Please note: Data values previously published are subject to revision. For more information, refer to the vintage series in ALFRED®.
The St. Louis Fed Financial Stress Index (STLFSI) decreased last week as financial market volatility returned to more stable levels. For the week ending July 17, the index measured -1.029, a decline of 0.107 basis points from the prior week’s revised value of -0.922.
Over the past week, seven of the 18 indicators contributed negatively to the weekly change in the index, four fewer than last week. The two largest negative contributions were made by the index’s measures of stock and bond market volatility: the Chicago Board Options Exchange Market Volatility Index (VIX) and the Merrill Lynch Bond Market Volatility Index (Mlynch_BMVI_1mo). Ten indicators contributed positively to the weekly change in the index, four more than the previous week. The largest positive contributions were made by the yield on Baa-rated corporate bonds (BAA) and the 3-month commercial paper spread (CPS_3mo).
Over the past year, 13 of the 18 indicators made a positive contribution to the index and five indicators made a negative contribution. For the 12th consecutive week, the largest positive contribution over the past year was made by the Mlynch_BMVI_1mo. For the 11th consecutive week, the largest negative contribution over the past year was made by the S&P 500 Financials Index (SP500_FI).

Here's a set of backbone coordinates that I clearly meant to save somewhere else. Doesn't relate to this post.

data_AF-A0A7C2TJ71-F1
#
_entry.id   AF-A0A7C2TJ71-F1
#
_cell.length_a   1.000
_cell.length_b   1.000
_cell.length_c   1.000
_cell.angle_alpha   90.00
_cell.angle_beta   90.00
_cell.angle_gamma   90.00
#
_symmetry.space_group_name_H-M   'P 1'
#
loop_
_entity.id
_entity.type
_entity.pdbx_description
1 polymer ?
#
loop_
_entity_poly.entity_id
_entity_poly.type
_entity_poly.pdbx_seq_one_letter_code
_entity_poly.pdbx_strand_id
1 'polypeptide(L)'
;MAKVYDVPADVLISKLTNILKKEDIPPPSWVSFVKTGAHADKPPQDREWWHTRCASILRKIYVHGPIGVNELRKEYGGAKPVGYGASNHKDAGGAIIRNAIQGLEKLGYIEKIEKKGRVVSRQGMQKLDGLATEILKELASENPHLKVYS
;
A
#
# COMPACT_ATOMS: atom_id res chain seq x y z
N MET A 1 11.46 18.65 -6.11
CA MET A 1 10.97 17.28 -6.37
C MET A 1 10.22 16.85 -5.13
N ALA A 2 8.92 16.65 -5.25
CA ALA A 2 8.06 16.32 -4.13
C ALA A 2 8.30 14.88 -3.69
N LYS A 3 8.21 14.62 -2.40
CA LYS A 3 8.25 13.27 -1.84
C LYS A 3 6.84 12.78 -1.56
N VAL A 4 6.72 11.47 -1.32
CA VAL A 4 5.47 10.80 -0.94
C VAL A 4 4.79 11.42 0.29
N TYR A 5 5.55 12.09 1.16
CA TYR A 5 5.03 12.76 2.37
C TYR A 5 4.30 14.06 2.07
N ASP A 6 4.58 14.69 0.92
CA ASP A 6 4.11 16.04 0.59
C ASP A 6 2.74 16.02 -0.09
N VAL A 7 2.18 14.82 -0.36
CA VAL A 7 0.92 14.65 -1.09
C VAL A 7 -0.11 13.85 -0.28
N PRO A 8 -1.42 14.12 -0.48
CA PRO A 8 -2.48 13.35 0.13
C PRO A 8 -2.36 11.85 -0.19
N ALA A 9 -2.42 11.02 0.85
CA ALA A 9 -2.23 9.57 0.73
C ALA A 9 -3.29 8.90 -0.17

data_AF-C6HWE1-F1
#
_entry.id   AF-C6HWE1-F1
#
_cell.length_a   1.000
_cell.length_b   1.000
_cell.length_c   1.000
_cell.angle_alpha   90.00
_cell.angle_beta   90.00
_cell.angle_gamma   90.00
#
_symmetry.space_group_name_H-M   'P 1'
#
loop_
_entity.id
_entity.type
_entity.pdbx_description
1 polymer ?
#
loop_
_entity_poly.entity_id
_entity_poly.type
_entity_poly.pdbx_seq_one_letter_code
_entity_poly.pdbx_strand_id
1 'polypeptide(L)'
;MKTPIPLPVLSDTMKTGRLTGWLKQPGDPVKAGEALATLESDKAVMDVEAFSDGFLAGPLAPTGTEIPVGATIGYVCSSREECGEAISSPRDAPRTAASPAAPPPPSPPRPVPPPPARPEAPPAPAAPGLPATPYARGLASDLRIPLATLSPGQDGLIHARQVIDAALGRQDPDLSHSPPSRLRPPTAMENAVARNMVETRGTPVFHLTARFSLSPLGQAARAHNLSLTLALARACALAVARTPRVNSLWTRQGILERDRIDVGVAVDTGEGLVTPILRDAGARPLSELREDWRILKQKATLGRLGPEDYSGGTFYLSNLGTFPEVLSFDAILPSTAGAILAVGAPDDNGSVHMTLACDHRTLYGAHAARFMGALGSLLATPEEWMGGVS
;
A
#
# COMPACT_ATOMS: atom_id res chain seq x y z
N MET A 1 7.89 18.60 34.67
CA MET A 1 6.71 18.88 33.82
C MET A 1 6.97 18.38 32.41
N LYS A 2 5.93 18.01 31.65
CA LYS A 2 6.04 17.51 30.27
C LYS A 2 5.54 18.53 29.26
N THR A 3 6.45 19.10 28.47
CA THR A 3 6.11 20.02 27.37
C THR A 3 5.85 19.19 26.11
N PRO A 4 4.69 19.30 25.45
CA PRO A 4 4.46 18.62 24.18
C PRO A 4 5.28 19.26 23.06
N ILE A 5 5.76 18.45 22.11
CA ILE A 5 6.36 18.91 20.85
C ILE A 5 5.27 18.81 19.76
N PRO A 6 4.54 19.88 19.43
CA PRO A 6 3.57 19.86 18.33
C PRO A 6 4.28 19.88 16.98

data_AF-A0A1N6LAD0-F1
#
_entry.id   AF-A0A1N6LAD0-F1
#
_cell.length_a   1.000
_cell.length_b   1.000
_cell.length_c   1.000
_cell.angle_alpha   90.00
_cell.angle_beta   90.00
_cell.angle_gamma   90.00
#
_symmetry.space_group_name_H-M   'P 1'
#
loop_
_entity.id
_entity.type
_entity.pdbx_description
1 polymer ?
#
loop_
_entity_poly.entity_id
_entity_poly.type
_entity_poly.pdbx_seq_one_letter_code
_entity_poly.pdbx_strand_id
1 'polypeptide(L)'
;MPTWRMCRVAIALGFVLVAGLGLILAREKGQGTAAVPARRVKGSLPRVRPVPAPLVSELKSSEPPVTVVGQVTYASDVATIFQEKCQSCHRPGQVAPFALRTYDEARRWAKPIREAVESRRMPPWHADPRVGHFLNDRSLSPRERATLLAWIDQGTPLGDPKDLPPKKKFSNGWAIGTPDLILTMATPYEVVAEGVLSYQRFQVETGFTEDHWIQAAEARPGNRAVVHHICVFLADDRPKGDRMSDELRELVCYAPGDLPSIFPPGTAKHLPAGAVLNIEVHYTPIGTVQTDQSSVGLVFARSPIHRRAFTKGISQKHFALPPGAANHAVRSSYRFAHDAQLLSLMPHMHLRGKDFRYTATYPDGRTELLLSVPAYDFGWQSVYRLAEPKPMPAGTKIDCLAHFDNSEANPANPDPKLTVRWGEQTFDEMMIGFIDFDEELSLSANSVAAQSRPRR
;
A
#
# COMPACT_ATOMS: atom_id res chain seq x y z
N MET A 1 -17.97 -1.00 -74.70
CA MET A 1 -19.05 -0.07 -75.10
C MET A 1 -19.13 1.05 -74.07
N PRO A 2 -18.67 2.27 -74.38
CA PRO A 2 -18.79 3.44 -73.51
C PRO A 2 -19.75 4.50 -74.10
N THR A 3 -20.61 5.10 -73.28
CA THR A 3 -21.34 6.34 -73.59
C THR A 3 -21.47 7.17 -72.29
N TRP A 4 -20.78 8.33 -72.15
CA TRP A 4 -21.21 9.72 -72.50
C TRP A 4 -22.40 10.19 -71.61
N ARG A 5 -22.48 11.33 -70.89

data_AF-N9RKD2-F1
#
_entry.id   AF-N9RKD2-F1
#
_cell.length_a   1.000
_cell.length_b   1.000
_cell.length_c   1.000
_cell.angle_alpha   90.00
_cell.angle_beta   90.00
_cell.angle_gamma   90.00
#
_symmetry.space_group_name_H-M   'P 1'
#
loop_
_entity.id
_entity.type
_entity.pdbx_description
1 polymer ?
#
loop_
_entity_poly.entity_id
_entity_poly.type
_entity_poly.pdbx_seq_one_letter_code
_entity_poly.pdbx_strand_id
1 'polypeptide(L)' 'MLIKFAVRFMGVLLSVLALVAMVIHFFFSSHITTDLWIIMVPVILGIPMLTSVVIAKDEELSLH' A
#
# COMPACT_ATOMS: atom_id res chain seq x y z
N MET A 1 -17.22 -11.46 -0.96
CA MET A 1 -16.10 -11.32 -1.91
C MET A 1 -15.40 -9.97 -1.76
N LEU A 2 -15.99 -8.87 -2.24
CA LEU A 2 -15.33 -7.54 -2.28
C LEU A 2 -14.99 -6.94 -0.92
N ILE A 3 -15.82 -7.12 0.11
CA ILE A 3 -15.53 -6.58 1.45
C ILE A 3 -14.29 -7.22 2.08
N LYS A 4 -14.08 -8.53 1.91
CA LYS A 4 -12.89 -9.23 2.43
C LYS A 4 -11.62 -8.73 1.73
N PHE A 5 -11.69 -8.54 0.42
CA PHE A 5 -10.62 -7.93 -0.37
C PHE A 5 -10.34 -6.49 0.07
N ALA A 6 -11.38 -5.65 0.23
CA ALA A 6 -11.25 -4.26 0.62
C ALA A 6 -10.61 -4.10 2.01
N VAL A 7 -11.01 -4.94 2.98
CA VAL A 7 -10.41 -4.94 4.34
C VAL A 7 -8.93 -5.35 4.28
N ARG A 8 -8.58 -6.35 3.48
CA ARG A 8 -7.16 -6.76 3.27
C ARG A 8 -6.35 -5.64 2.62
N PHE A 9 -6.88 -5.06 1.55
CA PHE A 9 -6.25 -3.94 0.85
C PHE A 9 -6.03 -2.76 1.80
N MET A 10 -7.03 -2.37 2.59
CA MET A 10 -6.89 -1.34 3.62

For an explanation of the 18 component variables in the STLFSI, refer to the STLFSI Key.
The STLFSI measures the degree of financial stress in the markets and is constructed from 18 weekly data series: seven interest rate series, six yield spreads and five other indicators. Each of these variables captures some aspect of financial stress. Accordingly, as the level of financial stress in the economy changes, the data series are likely to move together.
How to interpret the index
The average value of the index, which begins in late 1993, is designed to be zero. Thus, zero is viewed as representing normal financial market conditions. Values below zero suggest below-average financial market stress, while values above zero suggest above-average financial market stress.
Note that the bar charts plot the change in the contribution from one week to the next or from the current week compared to the value 52 weeks earlier.
FRED (Federal Reserve Economic Data) is the main economic database of the Federal Reserve Bank of St. Louis.